Walter Brut (Welsh: Gwallter Brut) was a fourteenth-century writer from the Welsh borders, whose trial in 1391 is a notable event in the history of Lollardy.

Brut described himself as "a sinner, a layman, a farmer and a Christian" in his trial for heresy which took place on 3 October 1393 before the Bishop of Hereford, Thomas Trefnant.[1] He is mentioned in the medieval English poem Piers Plowman. About the year 1402 he joined the forces of Owain Glyndŵr.

It seems then that this Walter Brute, by nation a Briton or Welsh-man, who was “a layman and learned, and brought up in the University of Oxford, being there a graduate,” was accused of saying, among sundry other things, that “the Pope is Antichrist, and a seducer of the people, and utterly against the law and life of Christ.” Being called to answer, he put in first certain more brief “exhibits:” then “another declaration of the same matter after a more ample tractation;” ex-plaining and setting forth from Scripture the grounds of his opinion. In either case his defense was grounded very mainly on the Revelation. For he at once bases his justification on the fact, as demonstrable, of the Pope answering alike to the chief of the false Christs prophesied of by Christ, as to come in his name; to the Man of Sin prophesied of by St. Paul: the city of Papal Rome answering also similarly to the Apocalyptic Babylon.[2]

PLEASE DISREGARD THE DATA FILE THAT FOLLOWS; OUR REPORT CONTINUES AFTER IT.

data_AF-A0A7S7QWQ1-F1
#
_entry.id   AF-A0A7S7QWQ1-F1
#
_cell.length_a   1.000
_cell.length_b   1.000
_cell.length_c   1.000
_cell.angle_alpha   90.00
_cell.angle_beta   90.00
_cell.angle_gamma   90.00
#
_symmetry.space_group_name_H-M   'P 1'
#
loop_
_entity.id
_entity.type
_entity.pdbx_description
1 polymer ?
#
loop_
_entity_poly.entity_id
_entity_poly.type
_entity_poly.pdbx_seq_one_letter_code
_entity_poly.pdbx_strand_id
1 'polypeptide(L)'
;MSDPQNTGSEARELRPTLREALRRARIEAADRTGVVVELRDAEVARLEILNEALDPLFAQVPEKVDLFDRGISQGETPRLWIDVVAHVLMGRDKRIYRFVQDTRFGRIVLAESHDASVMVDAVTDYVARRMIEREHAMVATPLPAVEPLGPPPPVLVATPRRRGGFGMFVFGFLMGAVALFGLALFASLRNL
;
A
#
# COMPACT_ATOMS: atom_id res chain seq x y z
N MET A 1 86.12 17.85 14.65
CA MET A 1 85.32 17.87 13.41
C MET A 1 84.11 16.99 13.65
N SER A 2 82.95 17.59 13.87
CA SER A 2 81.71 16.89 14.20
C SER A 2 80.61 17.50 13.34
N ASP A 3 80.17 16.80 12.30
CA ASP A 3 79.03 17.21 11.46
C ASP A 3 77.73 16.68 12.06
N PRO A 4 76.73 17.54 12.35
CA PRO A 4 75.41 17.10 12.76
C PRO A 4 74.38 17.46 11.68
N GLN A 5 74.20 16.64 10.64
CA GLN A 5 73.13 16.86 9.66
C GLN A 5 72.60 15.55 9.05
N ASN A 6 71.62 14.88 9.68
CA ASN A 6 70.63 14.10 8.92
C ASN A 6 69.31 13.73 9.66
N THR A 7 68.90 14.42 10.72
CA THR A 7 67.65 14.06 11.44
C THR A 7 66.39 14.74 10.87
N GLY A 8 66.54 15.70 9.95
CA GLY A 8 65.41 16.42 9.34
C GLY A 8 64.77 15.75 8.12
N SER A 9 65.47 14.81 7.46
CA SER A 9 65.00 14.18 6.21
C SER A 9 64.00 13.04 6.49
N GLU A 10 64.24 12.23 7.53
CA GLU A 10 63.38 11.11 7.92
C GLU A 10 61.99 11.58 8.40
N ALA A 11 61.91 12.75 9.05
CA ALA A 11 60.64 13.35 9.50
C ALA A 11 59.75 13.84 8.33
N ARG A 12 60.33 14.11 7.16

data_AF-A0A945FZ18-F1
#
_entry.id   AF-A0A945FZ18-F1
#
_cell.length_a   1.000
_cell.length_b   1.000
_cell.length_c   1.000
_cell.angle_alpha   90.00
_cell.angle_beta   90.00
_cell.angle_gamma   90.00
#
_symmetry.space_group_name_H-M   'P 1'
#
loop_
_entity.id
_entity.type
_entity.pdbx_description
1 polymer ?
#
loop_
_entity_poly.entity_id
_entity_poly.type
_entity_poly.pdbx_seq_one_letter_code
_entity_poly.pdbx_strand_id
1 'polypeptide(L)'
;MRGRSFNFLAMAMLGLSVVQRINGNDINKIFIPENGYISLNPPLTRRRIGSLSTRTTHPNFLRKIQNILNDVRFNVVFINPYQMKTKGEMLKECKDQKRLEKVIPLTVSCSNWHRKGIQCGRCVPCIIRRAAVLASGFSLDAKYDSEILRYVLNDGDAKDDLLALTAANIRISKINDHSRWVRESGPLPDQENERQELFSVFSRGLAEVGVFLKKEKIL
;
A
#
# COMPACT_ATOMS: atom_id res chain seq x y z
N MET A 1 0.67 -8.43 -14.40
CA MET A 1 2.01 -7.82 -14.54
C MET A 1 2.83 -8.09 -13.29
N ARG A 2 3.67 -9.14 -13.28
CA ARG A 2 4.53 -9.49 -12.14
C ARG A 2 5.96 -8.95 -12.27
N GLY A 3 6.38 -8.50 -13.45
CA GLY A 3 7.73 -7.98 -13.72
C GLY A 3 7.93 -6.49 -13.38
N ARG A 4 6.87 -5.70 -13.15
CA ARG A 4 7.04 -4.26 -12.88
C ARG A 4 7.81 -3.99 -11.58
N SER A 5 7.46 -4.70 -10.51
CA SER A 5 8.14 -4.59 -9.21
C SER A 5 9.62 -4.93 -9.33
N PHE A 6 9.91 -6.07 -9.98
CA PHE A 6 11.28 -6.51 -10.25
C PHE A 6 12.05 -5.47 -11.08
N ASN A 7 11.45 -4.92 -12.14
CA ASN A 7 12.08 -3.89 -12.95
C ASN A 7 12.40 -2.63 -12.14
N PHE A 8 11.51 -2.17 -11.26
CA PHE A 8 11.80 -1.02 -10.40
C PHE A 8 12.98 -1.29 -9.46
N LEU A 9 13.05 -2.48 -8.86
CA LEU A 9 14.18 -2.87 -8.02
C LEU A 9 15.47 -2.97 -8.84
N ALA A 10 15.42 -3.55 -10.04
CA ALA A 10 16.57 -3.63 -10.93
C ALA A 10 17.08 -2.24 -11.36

It is unclear, in the light of modern scholarship, whether Anthony Wood's identification of Brut with Walter Brit is sound.[3]


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  1. ^ Herbert B. Workman (10 August 2012). John Wyclif: A Study of the English Medieval Church, Volume 2. Wipf and Stock Publishers. p. 337. ISBN 9781620325704.
  2. ^ Elliot, E.B. (1862). "Appendix: History of Apocalyptic Interpretation". Horae Apocalypticae Vol. IV Sup. p. 143. ISBN 9781365493379.
  3. ^ Pedersen, Olaf. "Bryt, Walter". Oxford Dictionary of National Biography (online ed.). Oxford University Press. doi:10.1093/ref:odnb/3454. (Subscription or UK public library membership required.)